Active Member with Corp. Privileges
Now that my feeble mind has properly digested the difference between the two styles, I'm wondering under what sartorial circumstances, if any, either is considered more appropriate than the other.....or if the choice is simply a matter of personal preference. I'd also think the blucher would provide a better fit for the wider foot, and the balmoral for the narrower.

To that end, I'm equally curious as to which our AAAC members prefer......as for myself, I seem to much prefer the blucher.


Honors Member
In terms of "dress" clothing, I would not wear bals with anything short of a suit. But I'm a stickler on this. I think they look exceedingly odd with, say, khakis and a short-sleeve shirt.

Some folks wear bals with jeans, and I think that can look pretty good on the right person. But I'd be much more likely to choose monks or bluchers for that purpose.

Bluchers, on the other hand... There are sleek bluchers I would consider wearing with a suit, though I'd be far more likely to go with bals. Thankfully, I don't have the arch problem Orgetorix mentioned.


Honors Member
United States
San francisco
Oxfords are generally for suits. The most casual versions, such as full brogues, are appropriate with less formal clothing such as cords and an odd jacket.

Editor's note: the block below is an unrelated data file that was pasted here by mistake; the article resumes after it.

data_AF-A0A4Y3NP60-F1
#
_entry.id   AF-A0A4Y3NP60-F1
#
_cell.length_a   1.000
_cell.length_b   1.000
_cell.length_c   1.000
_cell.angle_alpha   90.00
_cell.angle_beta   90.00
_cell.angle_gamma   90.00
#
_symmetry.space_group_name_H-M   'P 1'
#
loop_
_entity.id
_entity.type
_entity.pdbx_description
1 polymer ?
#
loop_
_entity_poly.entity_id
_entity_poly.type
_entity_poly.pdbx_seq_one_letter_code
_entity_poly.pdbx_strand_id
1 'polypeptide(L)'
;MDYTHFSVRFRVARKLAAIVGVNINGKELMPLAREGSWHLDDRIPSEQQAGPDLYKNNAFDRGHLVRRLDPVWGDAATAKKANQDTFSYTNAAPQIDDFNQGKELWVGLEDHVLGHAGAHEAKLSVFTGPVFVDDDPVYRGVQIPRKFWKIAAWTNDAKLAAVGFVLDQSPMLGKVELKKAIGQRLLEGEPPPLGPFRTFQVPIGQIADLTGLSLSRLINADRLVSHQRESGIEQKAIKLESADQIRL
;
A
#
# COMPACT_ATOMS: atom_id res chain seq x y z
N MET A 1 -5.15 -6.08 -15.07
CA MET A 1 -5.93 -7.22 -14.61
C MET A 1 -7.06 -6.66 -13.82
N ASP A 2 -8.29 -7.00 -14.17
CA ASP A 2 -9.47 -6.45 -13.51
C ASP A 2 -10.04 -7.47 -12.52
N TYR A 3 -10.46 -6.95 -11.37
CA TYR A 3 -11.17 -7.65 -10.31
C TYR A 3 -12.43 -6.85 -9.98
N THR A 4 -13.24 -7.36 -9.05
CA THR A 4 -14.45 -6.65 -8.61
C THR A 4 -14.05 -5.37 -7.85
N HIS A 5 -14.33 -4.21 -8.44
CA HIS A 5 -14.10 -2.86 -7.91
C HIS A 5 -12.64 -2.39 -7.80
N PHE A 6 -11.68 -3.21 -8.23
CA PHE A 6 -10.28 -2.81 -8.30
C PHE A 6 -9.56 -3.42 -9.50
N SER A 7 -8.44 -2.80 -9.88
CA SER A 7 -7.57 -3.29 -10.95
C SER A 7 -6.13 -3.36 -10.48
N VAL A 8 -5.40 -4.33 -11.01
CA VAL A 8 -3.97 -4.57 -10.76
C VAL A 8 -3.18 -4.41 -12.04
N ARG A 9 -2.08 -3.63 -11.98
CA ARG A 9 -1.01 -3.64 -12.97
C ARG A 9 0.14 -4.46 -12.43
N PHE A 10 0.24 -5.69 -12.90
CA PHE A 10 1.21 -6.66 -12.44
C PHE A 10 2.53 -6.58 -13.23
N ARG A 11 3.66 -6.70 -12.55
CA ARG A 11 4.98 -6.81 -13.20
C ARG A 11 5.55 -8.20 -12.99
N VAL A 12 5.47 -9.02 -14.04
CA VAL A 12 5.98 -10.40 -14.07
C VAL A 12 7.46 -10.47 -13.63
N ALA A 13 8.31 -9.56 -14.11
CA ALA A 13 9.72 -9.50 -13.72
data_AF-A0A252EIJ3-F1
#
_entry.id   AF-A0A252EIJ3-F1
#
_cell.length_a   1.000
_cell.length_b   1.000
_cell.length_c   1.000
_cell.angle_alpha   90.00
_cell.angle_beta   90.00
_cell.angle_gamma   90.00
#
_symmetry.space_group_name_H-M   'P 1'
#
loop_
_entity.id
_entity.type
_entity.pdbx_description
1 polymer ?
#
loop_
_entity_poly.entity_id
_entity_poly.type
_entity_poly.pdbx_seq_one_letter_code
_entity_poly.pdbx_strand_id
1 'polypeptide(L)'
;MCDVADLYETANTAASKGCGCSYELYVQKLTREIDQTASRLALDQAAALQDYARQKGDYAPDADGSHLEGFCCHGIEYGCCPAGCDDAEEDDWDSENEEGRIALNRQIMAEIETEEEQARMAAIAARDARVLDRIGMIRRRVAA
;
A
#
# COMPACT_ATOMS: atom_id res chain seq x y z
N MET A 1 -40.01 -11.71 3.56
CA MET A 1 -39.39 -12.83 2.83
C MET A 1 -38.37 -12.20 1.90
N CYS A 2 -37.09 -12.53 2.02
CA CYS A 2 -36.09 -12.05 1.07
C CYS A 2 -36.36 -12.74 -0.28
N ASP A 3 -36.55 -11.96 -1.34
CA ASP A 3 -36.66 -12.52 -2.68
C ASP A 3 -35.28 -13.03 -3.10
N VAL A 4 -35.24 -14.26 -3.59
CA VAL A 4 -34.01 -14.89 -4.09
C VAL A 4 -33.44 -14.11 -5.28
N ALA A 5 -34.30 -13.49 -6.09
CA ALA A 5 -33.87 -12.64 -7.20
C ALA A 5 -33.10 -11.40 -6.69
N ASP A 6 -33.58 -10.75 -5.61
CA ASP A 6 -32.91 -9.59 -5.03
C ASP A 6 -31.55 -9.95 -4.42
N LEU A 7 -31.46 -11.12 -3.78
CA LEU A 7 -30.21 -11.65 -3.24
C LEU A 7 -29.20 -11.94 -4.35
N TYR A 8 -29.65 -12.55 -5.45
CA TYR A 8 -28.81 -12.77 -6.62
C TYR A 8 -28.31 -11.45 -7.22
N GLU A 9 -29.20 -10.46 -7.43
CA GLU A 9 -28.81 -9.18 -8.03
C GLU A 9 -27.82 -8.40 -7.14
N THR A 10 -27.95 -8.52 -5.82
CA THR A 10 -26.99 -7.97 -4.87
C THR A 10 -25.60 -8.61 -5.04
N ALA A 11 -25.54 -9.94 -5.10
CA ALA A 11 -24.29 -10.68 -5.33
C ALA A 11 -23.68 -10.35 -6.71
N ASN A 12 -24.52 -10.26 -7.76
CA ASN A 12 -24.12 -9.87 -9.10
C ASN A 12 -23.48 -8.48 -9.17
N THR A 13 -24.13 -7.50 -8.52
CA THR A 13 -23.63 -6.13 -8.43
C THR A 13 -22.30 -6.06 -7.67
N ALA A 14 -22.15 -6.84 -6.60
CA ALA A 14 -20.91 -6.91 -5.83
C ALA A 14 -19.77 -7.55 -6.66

Bluchers are generally for odd jackets, or no jackets at all. The most formal versions, such as plain toed two eyelet bluchers and plain toe monks, are appropriate with suits.


Super Member
Yes, I agree with everyone else on the fact that bals are sleeker and bluchers are less so in a general sense. But I have seen very elegant bluchers on a sleek last and very blobby bals as well.
Although may be more appropriate to wear bals with suits I have worn both with suits and at times the bluchers look more striking.

I prefer bluchers personally over bals for the fact that to me it seems to be more shoe, more construction going on over the vamp area and creates a very striking and very solid and substantial look, which I prefer.
Bals just sometimes look a little simple or dainty at times and the bals on a thick and wide last looks contradictory. They are prefered when needing a more formal shoe.


Active Member with Corp. Privileges
I still think the distinction is pure bunk (at least in the states).

You cannot tell if I'm wearing a suit or an odd jacket and pants until I put the jacket on. (I wear 100% wool dress pants - not cotton dockers). In the states, people wear Cole Haan or Kenneth Cole slip-ons of all varieties with their suits. No one in the states thinks twice about whether your cap toe shoe is a balmoral or a blucher. It may be different throughout the EU, but stateside, it is not a rule with a distinction.
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